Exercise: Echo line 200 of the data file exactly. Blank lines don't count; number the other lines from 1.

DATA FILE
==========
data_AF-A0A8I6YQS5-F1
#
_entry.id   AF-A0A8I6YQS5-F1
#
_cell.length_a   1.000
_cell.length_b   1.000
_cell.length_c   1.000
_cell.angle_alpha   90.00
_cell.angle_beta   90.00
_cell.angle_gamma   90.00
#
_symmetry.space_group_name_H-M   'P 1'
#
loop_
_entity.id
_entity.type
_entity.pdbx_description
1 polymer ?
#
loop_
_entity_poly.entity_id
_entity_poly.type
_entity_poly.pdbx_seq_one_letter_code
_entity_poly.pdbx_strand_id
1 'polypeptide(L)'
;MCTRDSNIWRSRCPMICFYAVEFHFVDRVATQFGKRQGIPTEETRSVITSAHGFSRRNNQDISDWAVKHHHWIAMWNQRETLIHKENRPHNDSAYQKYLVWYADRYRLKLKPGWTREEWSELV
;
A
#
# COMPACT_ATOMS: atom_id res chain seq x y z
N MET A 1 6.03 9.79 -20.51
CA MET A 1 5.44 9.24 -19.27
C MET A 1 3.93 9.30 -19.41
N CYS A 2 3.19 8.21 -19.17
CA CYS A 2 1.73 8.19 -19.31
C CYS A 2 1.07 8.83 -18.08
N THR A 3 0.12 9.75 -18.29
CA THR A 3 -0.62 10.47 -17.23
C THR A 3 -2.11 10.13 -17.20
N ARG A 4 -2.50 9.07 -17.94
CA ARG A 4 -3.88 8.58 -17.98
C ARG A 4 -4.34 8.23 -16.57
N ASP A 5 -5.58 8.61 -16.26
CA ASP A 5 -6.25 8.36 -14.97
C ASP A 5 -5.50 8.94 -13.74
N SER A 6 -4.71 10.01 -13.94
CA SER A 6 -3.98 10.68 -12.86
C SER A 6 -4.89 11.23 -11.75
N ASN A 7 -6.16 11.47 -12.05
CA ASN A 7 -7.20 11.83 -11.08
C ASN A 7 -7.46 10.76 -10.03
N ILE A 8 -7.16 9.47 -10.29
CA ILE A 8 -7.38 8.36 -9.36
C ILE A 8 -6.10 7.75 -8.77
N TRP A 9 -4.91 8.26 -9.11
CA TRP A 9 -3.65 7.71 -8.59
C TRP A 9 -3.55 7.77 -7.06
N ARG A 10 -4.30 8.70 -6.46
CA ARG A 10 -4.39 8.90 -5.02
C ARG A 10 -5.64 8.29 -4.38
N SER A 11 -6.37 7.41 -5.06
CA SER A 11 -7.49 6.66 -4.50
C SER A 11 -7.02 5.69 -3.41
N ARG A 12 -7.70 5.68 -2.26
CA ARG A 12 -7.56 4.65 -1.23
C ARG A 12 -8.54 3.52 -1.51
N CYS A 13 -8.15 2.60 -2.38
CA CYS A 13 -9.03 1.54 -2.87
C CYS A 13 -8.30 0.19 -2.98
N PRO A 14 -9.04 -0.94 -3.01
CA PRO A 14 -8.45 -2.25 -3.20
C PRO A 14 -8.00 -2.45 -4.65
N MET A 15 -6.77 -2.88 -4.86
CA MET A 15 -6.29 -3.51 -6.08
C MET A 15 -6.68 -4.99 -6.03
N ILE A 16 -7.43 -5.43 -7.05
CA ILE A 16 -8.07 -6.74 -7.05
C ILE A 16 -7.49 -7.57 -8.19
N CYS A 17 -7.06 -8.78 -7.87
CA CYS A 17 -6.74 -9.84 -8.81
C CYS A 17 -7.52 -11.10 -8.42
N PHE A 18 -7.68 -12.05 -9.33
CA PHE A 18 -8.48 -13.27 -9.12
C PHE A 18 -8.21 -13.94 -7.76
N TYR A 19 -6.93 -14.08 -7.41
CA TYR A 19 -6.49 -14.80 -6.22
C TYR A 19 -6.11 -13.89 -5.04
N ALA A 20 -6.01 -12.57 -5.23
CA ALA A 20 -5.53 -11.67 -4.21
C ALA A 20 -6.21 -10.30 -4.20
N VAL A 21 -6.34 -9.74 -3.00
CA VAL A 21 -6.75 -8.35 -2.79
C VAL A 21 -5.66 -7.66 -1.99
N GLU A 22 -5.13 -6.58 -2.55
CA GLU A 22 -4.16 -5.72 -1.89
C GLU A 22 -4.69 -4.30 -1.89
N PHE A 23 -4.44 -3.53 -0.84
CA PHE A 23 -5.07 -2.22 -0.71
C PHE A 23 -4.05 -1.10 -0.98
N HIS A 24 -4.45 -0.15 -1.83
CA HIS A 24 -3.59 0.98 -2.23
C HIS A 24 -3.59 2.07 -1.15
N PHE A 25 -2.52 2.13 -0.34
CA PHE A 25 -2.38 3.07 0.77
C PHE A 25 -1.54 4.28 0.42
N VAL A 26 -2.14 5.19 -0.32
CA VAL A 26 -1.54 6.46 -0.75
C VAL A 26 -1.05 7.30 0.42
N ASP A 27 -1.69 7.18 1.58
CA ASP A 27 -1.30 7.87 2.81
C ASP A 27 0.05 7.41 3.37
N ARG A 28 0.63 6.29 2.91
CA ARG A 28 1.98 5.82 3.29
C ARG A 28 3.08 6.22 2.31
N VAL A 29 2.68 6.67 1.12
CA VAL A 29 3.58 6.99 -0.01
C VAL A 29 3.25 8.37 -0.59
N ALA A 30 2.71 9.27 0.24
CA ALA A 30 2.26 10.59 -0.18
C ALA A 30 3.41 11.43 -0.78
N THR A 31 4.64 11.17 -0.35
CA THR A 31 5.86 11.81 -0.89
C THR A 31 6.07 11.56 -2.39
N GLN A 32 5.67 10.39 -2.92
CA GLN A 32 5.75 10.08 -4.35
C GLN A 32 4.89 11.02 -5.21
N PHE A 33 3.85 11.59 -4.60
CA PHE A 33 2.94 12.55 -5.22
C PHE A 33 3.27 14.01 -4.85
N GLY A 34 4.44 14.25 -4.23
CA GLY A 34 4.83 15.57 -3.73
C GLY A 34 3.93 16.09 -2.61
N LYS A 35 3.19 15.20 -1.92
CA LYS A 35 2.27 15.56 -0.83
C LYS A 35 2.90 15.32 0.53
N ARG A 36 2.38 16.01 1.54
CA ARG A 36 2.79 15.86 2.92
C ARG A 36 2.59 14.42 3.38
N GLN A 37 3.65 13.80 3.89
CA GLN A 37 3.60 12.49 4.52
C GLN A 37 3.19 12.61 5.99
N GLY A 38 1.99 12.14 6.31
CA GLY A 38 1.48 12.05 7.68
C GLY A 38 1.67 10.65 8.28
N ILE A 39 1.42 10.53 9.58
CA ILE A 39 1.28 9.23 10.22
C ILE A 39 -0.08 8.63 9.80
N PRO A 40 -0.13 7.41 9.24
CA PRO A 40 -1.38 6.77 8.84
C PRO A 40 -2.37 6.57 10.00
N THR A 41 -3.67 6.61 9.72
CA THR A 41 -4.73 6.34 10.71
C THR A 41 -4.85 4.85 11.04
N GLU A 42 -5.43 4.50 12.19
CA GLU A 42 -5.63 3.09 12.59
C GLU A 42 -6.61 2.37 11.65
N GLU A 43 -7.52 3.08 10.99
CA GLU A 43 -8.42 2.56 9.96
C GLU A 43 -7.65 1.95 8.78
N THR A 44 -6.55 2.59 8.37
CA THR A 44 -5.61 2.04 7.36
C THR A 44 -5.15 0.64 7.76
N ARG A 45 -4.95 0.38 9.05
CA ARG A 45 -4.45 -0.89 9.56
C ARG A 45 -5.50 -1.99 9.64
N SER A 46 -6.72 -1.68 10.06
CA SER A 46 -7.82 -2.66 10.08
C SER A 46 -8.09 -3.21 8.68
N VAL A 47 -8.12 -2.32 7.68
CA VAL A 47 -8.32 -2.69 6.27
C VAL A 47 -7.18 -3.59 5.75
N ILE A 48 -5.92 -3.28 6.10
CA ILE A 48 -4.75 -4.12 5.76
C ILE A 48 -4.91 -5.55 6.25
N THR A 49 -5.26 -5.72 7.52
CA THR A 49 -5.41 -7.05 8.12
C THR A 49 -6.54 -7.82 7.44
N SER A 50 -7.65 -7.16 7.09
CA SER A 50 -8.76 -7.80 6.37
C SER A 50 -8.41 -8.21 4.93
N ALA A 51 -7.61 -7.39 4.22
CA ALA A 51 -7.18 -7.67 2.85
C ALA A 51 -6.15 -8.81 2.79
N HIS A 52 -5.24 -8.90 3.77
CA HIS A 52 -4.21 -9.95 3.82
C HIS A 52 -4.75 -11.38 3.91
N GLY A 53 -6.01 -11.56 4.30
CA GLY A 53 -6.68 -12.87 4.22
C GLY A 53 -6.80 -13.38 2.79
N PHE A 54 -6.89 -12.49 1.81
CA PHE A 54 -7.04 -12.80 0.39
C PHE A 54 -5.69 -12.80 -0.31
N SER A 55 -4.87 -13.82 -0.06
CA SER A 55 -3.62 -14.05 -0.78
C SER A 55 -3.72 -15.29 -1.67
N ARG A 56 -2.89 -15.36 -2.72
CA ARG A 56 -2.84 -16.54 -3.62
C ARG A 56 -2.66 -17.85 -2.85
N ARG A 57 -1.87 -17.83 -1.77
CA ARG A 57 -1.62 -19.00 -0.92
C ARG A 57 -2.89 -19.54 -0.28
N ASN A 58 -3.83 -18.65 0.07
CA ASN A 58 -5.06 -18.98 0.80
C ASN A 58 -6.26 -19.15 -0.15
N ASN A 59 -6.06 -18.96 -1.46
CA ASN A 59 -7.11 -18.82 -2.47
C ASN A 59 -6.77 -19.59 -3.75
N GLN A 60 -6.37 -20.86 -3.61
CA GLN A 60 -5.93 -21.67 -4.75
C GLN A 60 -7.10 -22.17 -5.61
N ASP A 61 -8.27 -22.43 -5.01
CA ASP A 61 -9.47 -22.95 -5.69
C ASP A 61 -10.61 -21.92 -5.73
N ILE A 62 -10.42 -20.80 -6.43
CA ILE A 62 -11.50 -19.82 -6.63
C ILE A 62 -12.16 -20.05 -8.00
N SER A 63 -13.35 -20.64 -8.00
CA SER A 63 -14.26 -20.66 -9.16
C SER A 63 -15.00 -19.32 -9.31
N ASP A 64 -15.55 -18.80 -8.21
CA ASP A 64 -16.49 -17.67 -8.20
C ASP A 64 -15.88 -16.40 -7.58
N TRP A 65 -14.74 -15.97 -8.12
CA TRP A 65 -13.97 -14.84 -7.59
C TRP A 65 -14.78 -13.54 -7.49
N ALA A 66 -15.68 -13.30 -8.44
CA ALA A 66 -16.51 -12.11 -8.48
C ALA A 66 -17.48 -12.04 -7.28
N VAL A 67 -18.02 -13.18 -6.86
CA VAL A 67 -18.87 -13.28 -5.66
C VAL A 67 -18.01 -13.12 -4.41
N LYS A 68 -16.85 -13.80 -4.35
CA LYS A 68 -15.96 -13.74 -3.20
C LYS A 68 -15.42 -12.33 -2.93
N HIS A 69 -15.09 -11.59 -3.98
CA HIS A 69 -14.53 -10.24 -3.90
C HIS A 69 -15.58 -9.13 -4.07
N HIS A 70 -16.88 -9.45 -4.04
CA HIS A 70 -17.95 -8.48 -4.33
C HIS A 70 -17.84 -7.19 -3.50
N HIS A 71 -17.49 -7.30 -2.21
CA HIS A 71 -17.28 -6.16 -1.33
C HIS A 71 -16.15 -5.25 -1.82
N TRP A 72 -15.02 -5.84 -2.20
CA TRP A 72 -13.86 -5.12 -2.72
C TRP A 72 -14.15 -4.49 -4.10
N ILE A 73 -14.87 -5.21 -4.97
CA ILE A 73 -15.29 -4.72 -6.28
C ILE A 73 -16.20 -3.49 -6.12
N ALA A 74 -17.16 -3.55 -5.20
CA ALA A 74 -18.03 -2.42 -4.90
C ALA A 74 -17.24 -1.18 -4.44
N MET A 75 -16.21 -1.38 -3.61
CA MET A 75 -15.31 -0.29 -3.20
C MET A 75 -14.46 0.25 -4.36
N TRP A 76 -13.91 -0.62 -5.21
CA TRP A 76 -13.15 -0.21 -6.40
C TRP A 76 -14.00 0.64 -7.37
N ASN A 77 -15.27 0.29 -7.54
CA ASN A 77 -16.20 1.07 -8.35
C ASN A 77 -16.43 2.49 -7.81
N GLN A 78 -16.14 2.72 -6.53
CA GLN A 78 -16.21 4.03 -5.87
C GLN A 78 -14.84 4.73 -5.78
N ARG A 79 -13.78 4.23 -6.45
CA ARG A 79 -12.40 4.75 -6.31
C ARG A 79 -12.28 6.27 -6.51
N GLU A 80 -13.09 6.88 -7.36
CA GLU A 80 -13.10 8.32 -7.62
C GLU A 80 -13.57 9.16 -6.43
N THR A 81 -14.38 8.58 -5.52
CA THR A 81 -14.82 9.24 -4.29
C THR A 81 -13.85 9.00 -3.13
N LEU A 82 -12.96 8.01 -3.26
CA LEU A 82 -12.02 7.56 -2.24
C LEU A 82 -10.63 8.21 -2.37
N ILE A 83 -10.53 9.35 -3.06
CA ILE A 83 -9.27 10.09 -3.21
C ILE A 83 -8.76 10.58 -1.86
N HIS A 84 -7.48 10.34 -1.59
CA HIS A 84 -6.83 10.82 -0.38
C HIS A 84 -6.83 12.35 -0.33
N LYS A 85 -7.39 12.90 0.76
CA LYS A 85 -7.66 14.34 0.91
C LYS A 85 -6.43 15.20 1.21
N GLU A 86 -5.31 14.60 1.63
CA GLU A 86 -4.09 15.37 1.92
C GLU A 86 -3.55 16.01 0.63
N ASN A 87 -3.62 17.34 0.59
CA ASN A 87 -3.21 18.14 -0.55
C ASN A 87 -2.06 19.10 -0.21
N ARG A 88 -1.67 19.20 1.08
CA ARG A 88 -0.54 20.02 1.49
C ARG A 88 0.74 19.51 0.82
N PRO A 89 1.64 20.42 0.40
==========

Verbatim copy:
CA ARG A 57 -1.62 -19.00 -0.92